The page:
He turned, threw out his hands—he said he didn’t mean to throw the club, but I gave him a seven for distance and a eight for form—and commenced to complaining as to how he never could remember how to set up for a shot when the ball was below his feet. As we drove over to get his club, I shrugged and said, “You shoulda asked me.”

“Oh,” he said, as he hopped out of the cart, picked up his club, and started walking back to his ball. It was on level ground this time, and he hit a decent shot that landed just short of the green.

A few holes later, he found himself with another shot, almost identical to the one he’d muffed before. He chose a club, walked over and surveyed the situation, then turned to me and said, “Okay, Mr. Palmer, how am I supposed to set up to hit this shot?”

I shrugged my shoulders and said, “Beats me.”

One of his eyebrows shot up high on his forehead, and he said, “Well, you told me I should ask you!”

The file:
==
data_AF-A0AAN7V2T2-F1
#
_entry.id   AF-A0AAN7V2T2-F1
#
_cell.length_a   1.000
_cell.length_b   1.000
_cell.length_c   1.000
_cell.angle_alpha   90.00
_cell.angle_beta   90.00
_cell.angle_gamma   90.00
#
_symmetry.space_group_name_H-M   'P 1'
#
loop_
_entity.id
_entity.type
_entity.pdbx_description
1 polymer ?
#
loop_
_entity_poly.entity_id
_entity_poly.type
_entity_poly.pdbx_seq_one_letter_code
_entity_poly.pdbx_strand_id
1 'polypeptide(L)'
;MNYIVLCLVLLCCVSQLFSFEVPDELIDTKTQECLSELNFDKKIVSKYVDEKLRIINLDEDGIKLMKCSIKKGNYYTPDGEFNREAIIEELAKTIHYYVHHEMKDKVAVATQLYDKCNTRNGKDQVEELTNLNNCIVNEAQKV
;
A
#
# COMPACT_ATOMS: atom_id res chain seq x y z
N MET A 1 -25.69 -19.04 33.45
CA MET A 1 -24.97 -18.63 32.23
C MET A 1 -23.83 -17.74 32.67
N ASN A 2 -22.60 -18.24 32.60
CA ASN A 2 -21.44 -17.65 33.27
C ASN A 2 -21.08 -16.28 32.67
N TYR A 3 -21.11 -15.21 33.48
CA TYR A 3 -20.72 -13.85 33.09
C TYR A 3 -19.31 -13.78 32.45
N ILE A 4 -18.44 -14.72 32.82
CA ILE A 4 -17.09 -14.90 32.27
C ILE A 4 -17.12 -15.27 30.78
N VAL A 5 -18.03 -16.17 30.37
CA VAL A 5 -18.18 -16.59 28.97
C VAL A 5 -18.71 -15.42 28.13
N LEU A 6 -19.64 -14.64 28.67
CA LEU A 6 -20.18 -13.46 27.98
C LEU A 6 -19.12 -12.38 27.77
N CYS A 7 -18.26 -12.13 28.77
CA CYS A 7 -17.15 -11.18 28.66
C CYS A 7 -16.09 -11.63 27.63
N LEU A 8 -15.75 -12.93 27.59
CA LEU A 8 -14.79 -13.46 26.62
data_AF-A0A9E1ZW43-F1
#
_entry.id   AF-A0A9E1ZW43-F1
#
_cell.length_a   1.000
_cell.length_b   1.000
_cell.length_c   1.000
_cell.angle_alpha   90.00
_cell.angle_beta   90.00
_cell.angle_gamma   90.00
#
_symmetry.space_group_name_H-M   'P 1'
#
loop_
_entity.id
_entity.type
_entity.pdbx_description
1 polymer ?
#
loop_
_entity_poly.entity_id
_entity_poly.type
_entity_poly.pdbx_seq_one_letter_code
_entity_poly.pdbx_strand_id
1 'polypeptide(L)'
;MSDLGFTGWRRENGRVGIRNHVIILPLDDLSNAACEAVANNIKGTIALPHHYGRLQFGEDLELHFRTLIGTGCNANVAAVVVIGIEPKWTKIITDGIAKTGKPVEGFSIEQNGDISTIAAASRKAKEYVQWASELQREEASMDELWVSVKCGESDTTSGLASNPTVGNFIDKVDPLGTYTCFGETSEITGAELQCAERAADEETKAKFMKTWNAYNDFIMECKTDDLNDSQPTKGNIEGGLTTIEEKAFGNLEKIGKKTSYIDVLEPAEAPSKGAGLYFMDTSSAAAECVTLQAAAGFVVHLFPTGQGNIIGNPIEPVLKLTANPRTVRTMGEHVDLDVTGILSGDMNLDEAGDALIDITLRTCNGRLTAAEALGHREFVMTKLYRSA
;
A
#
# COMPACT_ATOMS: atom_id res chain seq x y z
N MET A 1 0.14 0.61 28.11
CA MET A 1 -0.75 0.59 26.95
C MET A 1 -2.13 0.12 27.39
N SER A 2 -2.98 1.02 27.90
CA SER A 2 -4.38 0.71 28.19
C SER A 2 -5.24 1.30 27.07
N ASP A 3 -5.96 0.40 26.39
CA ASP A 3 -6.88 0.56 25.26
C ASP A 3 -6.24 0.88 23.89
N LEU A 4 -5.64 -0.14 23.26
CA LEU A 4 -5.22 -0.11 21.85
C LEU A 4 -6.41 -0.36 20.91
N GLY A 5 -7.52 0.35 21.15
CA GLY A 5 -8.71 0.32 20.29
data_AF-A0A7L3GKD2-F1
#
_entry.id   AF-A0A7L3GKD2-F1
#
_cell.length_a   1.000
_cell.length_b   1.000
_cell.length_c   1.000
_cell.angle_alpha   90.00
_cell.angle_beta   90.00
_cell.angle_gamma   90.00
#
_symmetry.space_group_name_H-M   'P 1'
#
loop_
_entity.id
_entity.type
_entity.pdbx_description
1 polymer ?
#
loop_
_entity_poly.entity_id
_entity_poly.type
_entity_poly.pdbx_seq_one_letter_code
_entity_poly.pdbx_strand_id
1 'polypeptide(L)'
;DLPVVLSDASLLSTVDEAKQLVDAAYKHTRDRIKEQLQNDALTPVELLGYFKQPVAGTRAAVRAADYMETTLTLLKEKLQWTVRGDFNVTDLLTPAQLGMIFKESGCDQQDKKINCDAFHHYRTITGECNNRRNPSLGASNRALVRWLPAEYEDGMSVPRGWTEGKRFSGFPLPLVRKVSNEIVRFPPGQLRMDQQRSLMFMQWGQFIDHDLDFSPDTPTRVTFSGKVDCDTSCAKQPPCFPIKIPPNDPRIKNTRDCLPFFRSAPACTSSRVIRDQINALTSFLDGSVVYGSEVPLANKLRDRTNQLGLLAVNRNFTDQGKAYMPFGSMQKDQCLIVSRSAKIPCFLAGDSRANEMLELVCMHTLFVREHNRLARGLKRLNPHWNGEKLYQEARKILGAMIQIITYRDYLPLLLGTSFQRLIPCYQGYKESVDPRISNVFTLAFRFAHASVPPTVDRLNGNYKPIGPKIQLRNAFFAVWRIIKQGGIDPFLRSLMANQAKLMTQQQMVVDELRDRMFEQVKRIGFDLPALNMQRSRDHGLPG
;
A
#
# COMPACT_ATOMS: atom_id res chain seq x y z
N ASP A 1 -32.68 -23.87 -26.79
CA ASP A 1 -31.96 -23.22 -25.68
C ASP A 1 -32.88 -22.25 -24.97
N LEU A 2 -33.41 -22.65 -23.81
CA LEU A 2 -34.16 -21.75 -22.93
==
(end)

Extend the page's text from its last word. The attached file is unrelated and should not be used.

I smiled and said, “I didn’t say I would know.”

Ain’t I a hoot?

 

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The Cake Incident

When my boys were about seven and nine years old there occurred what I’ve dubbed “The Cake Incident”. Their mom, Evelyn had an uncanny ability (I know none of you moms out there had/have this) to tune the boys out, and zero in on what she was watching on TV. I was not blessed with the ability to tune them out, so I heard every word they said. I didn’t mind. Quite often, they were better entertainment than what was on television.

cake incidentSo, there we were, having a quiet evening at home, Mom relaxing on the couch, watching TV; me in my recliner, and the boys playing on the living room floor. Billy, the oldest, leaned over and asked little brother, Wes, “Hey, Wes, you want some cake?”

Wes nodded enthusiastically, and Billy looked over at Mom and says, “Hey, Mom, can we have some cake?”

Nothing.

So, the boys went back to playing, and about five minutes later, Billy leaned over to Wes and said, “Wes! You still want some cake, right?”

Wes is really into the idea of cake by then, and his nod is even more enthusiastic. Wes was a boy of few words, mind you, but when he decided to speak, he could blow your mind. (Still can.)